Book Review of Contentment: Joy that Lasts by Robert D. Jones

Biblical Counseling Coalition | 1/28/2020 | Staff
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As Christian leaders daily interact with church members, ministry staff, counselees, and other people, they must respond to numerous situations. Many times, counselors and pastors will continue conversations through the distribution of physical resources. Counselors know the benefit of loading one’s counseling toolbox with resources for potential counselees that balance accessibility with deep penetrating truths.

Counselors and pastors should consider adding to their personal toolbox the latest contribution to P&R’s series of counseling handbooks, “Resources for Changing Lives.” Southern Seminary Professor of Biblical Counseling, Robert D. Jones, tackles the topic of contentment in his handbook, Contentment: Joy that Lasts. Jones exposits Paul’s well-known confession of contentment in Philippians 4:11-13. He argues that contentment is an “inner satisfaction in God alone, whatever the circumstances” (p. 3).

Jones - Draws - Truths - Passage - Counselees

Jones draws three truths from the passage that will help counselees retrain their hearts toward this inner satisfaction in God. First, Jones argues that counselees can learn true contentment. Second, counselees can enjoy true contentment despite hard circumstances. Third, counselees only find true contentment in God and nowhere else.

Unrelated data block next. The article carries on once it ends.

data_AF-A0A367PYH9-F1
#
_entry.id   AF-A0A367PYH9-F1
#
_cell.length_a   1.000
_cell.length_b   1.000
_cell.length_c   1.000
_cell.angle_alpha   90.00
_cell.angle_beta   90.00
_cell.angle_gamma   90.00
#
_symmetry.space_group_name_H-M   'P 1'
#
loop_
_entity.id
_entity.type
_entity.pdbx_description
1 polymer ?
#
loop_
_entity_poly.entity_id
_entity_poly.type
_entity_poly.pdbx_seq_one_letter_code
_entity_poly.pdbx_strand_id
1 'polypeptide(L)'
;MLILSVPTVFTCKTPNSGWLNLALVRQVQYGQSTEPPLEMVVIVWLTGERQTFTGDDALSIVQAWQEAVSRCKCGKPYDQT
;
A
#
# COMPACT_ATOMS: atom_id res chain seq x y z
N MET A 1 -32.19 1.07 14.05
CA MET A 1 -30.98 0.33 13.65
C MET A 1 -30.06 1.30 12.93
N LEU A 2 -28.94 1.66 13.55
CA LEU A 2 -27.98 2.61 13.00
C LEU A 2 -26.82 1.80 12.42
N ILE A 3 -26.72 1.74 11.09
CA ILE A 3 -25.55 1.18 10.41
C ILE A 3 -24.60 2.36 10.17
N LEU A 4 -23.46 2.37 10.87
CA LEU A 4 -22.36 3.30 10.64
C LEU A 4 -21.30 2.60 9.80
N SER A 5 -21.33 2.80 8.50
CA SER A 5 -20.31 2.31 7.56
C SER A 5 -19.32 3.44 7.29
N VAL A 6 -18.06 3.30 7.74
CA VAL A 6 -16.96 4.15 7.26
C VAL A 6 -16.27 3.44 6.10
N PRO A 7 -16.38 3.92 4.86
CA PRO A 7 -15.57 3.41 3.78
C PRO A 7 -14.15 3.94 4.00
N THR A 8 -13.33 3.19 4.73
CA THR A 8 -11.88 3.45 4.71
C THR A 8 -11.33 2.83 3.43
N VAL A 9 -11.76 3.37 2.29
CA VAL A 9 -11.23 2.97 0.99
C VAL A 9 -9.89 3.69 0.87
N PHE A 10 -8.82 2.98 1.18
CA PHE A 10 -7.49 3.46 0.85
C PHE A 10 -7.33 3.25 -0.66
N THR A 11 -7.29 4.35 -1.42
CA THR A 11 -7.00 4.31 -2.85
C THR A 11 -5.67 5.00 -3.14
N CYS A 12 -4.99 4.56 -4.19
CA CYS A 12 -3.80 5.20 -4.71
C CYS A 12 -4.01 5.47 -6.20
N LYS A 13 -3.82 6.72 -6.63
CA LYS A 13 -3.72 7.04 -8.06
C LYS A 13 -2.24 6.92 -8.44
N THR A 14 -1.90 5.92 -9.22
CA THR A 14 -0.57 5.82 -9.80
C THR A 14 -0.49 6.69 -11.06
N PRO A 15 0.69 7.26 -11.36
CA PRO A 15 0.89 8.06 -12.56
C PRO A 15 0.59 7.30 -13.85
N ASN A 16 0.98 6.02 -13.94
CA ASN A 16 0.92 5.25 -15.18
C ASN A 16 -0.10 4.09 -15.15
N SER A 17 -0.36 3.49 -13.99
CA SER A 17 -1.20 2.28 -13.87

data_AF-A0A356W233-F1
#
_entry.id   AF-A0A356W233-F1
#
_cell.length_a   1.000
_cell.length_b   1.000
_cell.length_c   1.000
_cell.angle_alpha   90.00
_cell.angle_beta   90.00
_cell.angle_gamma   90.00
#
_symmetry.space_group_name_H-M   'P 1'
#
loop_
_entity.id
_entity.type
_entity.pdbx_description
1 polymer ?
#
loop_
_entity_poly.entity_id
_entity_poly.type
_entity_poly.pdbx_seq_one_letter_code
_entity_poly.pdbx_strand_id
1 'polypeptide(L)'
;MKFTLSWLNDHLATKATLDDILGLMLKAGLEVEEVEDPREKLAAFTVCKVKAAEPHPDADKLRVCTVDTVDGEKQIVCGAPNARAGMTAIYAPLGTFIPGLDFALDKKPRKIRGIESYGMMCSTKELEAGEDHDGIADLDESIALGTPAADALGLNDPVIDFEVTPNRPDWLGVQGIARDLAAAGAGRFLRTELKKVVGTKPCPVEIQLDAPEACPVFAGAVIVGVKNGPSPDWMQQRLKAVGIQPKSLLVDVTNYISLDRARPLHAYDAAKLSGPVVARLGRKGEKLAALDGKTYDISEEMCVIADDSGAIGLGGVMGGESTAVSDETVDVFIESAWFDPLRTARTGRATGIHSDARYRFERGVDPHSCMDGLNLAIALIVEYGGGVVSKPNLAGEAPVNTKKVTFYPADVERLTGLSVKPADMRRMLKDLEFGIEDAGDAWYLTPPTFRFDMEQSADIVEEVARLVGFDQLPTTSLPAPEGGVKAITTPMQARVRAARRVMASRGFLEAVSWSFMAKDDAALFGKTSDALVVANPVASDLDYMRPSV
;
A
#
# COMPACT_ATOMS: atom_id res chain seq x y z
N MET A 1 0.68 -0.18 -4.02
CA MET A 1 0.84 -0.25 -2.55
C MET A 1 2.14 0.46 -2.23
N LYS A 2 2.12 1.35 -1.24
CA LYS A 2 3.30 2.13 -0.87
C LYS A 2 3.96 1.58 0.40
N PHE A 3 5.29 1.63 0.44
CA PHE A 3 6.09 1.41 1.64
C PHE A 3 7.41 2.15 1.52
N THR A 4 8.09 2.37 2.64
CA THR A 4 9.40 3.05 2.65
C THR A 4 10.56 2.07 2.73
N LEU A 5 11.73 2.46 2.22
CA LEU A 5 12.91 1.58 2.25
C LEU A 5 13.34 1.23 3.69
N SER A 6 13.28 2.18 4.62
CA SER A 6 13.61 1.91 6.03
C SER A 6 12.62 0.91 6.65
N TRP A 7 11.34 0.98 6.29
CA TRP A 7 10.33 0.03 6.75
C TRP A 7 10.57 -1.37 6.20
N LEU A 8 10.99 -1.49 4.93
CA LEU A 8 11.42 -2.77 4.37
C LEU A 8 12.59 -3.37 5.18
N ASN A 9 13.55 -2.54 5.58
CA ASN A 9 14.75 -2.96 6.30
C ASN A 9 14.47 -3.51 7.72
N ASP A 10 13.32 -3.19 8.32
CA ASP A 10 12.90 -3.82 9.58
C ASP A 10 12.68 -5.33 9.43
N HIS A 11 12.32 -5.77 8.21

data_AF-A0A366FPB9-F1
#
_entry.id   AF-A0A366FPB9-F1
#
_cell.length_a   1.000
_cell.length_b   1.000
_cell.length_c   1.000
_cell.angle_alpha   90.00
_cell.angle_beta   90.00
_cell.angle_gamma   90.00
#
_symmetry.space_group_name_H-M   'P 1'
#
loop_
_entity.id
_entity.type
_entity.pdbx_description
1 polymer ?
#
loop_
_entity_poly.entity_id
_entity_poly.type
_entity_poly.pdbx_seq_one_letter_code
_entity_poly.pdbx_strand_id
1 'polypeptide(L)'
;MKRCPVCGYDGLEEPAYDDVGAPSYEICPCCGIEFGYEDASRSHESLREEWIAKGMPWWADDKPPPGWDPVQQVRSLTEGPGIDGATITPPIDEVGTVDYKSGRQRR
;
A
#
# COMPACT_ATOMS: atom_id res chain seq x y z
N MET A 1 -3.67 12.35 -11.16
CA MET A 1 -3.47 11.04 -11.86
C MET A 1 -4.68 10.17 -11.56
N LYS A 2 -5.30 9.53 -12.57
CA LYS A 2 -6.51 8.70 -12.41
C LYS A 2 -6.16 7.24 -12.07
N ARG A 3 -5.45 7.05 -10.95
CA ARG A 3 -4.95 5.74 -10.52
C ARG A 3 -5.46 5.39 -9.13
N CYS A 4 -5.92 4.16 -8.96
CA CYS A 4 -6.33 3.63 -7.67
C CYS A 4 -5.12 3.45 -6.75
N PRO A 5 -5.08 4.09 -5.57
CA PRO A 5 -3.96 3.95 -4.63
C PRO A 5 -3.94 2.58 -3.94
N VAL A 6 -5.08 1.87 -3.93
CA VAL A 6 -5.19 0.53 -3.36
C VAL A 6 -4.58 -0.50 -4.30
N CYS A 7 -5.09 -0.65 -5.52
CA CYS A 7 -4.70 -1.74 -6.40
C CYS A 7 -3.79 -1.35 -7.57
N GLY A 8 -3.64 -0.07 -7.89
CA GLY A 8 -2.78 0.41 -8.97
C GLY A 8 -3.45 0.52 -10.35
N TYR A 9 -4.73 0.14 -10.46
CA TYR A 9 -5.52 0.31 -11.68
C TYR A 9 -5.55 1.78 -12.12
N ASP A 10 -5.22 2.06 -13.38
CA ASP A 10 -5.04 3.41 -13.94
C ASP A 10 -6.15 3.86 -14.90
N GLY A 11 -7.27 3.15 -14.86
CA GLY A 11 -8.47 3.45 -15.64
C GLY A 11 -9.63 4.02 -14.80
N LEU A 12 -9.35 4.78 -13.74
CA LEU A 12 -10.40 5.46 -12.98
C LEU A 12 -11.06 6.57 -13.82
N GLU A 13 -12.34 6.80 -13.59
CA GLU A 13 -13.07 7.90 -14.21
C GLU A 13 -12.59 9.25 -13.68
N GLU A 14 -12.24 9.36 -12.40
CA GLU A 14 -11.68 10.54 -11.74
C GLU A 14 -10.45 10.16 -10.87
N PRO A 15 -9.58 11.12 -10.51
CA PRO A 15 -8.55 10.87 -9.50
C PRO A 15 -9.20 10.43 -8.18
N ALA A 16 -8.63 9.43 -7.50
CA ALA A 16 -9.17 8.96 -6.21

It would be a mistake to downplay the importance of equipping counselees to learn the discipline of contentment. The social engines of consumerism and the cultural ideas of “success” feed upon and fuel discontentment, enslaving men and women in an endless pursuit of commodities and the “good life.” The deceptive thought, “If only I had/reach/get/become…” solidifies into a core belief in life that reorients our loves and commitments. For others, discontentment stems from suffering. Tragedy, illness, broken relationships, unmet expectations, singleness, financial difficulties, closed doors, and challenging life circumstances intermingle pain, grief, and anger with discontentment into a concoction that embitters the soul toward God and the world.

Contentment - Disposition - Counsel - Others - Contentment

Contentment is a difficult disposition to counsel others toward because contentment is an intangible reality. Counselees usually seek help when a destructive...
(Excerpt) Read more at: Biblical Counseling Coalition
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